Prostate cancer (the most common cancer among men) can be prevented and treated by intake of tomatoes and selenium. Cooked tomatoes are better than raw ones due to added fats. Brazil nuts are also high in selenium - 1 Brazil nut a day is good.

Food contamination can cause gastroenteritis and increase risks of getting cancer. Hence, food safety standards need to be adhered to in terms of training, temperature and equipment. Travel time in food delivery is also an issue, especially if it takes a couple of hours for the food to arrive after cooking.

Ageing and chronic infections are also fundamental factors for the development of cancer, H.Pylori - risk for liver and stomach cancer,  Hepatitis B and Hepatitis C viruses cause liver cancer, Epstein-Barr virus - stomach cancer and HIV - Kaposi’s sarcoma-associated herpesvirus and lymphoma. More than 40% of cancer in women is breast cancer.

Colorectal cancer is most commonly diagnosed in those above the age of 50 years old, though it can occur at any age. Singapore is at an alarming No.12 in frequency of colorectal cancer occurrence worldwide as of 2018. Diets low in fibre or wholegrains are associated with an increase in colorectal cancer. Studies show that the diet high in red processed meat or high temperature meat increase the risk of cancer.

Lung cancer too is very preventable - smoking second-hand and polluted environments are risk factors. Lung cancer does not affect only men or heavy smokers - in recent years, there has been a slight increase in lung cancer and mortality rates among women as well. Survival of lung cancer is also the lowest of all cancers. Hence, a suggestion is to go to a park with clean air occasionally.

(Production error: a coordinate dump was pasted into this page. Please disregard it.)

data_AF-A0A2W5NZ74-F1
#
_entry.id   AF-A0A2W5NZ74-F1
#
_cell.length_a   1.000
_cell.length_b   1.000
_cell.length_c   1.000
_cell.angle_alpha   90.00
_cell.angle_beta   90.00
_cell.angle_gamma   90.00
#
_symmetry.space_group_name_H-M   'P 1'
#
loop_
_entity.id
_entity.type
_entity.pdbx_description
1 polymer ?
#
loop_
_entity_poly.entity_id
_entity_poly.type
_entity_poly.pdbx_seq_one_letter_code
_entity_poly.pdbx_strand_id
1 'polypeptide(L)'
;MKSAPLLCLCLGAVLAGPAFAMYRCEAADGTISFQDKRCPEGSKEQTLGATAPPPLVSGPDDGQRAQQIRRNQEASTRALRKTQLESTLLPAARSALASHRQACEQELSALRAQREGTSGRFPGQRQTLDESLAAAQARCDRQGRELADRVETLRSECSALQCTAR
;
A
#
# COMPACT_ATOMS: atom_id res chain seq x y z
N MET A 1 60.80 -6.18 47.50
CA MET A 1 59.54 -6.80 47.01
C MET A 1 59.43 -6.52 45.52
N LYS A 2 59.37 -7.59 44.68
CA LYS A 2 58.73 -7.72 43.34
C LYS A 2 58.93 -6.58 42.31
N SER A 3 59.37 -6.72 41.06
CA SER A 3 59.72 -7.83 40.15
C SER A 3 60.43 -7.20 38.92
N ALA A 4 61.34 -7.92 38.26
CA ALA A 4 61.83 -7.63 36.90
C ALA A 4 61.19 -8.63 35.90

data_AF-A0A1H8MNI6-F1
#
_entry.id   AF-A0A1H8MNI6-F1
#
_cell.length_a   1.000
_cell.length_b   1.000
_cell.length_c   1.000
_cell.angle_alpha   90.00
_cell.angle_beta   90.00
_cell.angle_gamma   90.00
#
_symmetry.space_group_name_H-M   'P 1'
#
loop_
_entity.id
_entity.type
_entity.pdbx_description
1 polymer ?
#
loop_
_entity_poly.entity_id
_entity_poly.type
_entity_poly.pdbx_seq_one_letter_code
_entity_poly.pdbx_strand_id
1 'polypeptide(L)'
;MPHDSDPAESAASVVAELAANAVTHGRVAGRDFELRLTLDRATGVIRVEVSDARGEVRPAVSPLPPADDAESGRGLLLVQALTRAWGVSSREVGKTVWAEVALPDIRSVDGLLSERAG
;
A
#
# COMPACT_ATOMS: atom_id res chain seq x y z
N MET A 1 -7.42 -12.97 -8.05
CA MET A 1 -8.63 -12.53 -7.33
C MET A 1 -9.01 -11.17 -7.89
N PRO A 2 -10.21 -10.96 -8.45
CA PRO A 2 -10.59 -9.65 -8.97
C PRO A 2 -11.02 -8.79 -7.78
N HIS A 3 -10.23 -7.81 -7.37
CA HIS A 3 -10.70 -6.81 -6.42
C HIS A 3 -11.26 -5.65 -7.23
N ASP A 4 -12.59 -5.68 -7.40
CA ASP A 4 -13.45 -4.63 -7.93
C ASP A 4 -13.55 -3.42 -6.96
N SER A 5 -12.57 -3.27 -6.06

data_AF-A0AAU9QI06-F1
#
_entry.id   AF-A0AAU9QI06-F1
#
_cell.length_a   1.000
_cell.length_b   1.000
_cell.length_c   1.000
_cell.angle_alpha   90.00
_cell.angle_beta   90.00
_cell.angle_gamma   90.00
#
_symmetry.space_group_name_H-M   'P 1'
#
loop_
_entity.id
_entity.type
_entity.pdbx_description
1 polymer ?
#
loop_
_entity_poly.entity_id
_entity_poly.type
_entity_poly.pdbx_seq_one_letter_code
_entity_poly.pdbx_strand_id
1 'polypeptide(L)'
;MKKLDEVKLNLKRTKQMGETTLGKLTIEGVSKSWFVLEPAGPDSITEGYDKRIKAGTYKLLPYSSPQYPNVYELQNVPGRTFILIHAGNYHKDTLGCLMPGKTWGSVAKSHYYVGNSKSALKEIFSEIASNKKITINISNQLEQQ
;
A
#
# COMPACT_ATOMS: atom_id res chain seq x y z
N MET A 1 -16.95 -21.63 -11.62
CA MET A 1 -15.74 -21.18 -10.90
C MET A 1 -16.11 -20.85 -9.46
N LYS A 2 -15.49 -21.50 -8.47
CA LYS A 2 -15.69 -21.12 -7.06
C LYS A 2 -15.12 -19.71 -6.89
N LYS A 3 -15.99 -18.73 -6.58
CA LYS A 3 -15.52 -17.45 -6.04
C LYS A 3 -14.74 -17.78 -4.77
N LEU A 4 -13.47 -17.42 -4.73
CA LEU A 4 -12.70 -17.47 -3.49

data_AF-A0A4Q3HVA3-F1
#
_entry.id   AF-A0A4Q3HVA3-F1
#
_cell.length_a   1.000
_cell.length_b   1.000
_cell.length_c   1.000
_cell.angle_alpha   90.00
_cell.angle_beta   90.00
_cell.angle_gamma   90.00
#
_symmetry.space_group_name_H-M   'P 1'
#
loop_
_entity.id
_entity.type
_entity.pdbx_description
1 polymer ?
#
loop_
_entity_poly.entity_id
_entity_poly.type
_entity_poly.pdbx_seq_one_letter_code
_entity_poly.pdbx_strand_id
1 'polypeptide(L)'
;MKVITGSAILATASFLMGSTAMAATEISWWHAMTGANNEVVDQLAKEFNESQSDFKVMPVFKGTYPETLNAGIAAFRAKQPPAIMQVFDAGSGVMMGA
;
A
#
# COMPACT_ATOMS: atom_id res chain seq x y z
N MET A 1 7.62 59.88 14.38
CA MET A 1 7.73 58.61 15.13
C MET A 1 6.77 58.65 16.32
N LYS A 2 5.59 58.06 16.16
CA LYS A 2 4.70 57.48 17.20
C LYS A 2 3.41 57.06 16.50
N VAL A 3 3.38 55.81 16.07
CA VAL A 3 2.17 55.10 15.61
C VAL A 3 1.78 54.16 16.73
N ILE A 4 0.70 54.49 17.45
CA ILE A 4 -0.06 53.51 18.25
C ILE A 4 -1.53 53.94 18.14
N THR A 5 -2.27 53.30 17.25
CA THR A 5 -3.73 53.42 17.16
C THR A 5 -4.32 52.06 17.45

Skin cancer may be caused by ionizing and UV radiation when suntanning as well as urban air pollution and indoor smoke from use of solid fuels.

Improving Diet

One should reduce weight if overweight and reduce fat intake. Women of all ages and men older than the age of 65 should limit alcohol intake to <1 drink or 300ml per day while men under the age of 65 should not take up more than the 2 drinks a day of any alcohol. Sugar-sweetened beverages have also increased the risk of cardiovascular diseases and to a lesser extent, cancer. There is potentially increased risk of stroke due to Diet Coke.

High BMI caused by accumulated subcutaneous fat around the tummy and hips for men and women respectively heightens risk of heart diseases, stroke and diabetes. Coronary heart disease, hypertension, and stroke can all be caused by low-density lipoprotein (LDL) cholesterol. High-DL (HDL) cholesterol is healthy and increases when exercising. Late night meals can cause some to get a tummy over time.